INTEGRATING COMPONENTS OF THE EARTH SYSTEM TO MODEL GLOBAL CLIMATE CHANGES: IMPLICATIONS FOR THE SIMULATION OF THE CLIMATE OF THE NEXT MILLION YEARS
Laboratoire mixte CEA-CNRS-UVSQ, France
The climate system is complex because it is made up of several components (atmosphere, ocean, sea ice, continental surface, ice sheets), each of which has its own response time. The paleoclimate record provides ample evidence that these components interact nonlinearly with each other and also with global biogeochemical cycles, which drive greenhouse gas concentration in the atmosphere.
Forecasting the evolution of future climate is therefore an extremely complex problem. In addition, since the nineteenth century, human activities are releasing great quantities of greenhouse gases (CO
2,CH4, CFC, etc.) into the atmosphere. As a consequence, the atmospheric content of these gases has tremendously increased. As they have a strong greenhouse effect, their concentration is now large enough to perturb the natural evolution of the earth’s climate.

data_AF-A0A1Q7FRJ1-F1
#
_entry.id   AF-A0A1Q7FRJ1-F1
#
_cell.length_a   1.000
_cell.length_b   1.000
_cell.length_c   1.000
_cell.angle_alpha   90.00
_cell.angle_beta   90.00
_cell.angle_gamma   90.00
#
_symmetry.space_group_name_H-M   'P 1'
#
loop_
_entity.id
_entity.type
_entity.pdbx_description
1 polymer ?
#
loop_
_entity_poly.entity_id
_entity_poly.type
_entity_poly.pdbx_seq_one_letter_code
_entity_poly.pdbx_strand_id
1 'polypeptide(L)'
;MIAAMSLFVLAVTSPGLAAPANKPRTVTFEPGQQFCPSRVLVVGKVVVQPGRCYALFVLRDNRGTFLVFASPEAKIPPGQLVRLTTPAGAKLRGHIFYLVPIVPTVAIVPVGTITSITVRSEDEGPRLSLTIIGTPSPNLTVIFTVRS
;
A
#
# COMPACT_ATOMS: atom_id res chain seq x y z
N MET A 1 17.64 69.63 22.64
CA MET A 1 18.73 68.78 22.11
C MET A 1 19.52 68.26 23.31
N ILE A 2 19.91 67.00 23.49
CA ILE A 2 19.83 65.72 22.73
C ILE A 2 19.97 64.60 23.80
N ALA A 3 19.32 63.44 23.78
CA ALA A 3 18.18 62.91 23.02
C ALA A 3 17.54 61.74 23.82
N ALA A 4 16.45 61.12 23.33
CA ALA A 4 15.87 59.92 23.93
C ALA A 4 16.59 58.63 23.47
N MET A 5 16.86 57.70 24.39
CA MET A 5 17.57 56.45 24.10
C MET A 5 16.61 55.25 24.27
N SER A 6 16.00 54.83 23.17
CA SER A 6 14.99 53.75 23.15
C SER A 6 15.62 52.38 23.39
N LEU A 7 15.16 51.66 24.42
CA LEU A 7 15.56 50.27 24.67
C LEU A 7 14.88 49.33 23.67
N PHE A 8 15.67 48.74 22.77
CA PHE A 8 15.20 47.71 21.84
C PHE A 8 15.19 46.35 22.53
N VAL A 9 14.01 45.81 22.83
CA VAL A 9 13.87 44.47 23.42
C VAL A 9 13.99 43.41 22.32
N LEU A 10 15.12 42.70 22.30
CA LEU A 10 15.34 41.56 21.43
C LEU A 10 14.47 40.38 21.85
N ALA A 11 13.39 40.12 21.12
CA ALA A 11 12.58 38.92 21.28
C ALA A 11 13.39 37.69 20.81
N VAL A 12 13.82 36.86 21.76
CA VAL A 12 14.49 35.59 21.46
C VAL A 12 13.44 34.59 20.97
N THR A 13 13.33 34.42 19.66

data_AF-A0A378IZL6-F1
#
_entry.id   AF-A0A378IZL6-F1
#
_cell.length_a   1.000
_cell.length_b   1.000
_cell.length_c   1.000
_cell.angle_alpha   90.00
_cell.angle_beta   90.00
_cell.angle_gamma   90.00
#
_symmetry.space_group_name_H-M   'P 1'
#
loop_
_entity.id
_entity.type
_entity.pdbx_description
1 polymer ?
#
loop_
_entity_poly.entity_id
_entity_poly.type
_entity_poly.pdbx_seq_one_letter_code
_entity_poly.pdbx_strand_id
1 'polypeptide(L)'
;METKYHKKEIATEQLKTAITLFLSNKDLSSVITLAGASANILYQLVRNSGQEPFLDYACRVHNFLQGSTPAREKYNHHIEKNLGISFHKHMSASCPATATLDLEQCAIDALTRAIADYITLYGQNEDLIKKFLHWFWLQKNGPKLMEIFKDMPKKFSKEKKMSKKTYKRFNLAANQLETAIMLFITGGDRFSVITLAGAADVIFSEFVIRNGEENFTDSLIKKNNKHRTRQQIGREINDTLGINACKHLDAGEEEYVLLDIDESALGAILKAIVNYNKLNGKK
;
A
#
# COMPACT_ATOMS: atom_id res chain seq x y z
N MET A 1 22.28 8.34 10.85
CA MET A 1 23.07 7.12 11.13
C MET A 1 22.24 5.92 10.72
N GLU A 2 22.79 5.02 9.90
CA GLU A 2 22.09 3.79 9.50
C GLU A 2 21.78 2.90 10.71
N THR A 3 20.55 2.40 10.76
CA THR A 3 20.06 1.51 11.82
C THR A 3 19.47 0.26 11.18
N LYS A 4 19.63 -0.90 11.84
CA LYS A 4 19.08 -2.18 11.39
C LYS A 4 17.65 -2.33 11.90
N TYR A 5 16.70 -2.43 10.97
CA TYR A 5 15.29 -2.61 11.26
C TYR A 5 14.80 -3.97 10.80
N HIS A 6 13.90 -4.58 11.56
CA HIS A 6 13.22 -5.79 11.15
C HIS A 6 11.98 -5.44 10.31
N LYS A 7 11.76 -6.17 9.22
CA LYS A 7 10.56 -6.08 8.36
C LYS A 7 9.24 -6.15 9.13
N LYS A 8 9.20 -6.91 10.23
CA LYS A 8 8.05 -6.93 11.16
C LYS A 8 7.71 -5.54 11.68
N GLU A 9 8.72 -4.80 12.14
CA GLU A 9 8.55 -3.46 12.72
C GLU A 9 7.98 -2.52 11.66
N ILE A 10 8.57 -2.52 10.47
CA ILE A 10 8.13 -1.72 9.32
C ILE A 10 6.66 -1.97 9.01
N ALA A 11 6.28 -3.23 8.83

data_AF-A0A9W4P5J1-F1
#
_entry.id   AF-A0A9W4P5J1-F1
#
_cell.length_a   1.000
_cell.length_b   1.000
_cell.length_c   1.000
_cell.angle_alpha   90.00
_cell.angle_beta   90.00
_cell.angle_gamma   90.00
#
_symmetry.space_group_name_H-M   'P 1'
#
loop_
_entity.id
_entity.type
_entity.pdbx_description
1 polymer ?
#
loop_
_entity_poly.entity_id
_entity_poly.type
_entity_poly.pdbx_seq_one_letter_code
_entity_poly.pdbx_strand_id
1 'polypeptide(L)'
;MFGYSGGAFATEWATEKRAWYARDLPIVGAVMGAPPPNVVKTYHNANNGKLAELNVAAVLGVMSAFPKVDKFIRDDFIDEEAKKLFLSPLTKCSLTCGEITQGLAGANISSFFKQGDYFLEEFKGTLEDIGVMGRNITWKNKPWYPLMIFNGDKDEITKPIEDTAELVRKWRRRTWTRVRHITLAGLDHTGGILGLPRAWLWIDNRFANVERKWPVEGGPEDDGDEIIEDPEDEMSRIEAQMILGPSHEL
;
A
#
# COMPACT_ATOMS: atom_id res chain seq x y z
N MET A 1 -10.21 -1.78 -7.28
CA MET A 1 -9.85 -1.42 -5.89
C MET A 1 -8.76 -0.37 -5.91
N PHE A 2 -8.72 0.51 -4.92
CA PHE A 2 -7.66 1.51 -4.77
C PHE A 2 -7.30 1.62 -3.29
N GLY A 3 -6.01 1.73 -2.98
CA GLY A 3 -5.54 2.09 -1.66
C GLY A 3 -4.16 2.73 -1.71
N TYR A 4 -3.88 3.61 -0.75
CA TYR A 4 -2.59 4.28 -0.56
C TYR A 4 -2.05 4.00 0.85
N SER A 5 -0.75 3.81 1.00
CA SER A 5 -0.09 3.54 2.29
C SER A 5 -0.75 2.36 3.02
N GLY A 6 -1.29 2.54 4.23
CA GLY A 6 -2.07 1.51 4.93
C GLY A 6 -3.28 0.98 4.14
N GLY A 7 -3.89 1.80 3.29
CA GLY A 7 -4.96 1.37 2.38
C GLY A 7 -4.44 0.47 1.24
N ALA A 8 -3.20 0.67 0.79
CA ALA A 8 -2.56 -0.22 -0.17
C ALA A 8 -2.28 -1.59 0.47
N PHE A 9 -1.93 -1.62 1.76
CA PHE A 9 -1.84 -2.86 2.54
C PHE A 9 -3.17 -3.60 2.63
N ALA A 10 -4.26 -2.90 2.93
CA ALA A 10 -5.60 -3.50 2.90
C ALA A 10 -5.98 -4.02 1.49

In this paper, we shall review the strategy which has been used to develop and validate tools that would allow to simulate the future long-term behaviour of the Earth’s climate. This strategy rests on two complementary approaches: developing numerical models of the climate system and validating them by comparing their output with present-day meteorological data and paleoclimatic reconstructions. We shall then evaluate the methods available to simulate climate at the regional scale and the major uncertainties that must be solved to reasonable estimate the long-term evolution of a region, which would receive a geological repository for nuclear wastes. Modelling the general circulation of the mosphere It was realised as early as the Mid twentieth century that modelling the global climate system was the only approach allowing to forecast the long-term (~ 10 6 years) evolution of the earth’s climate.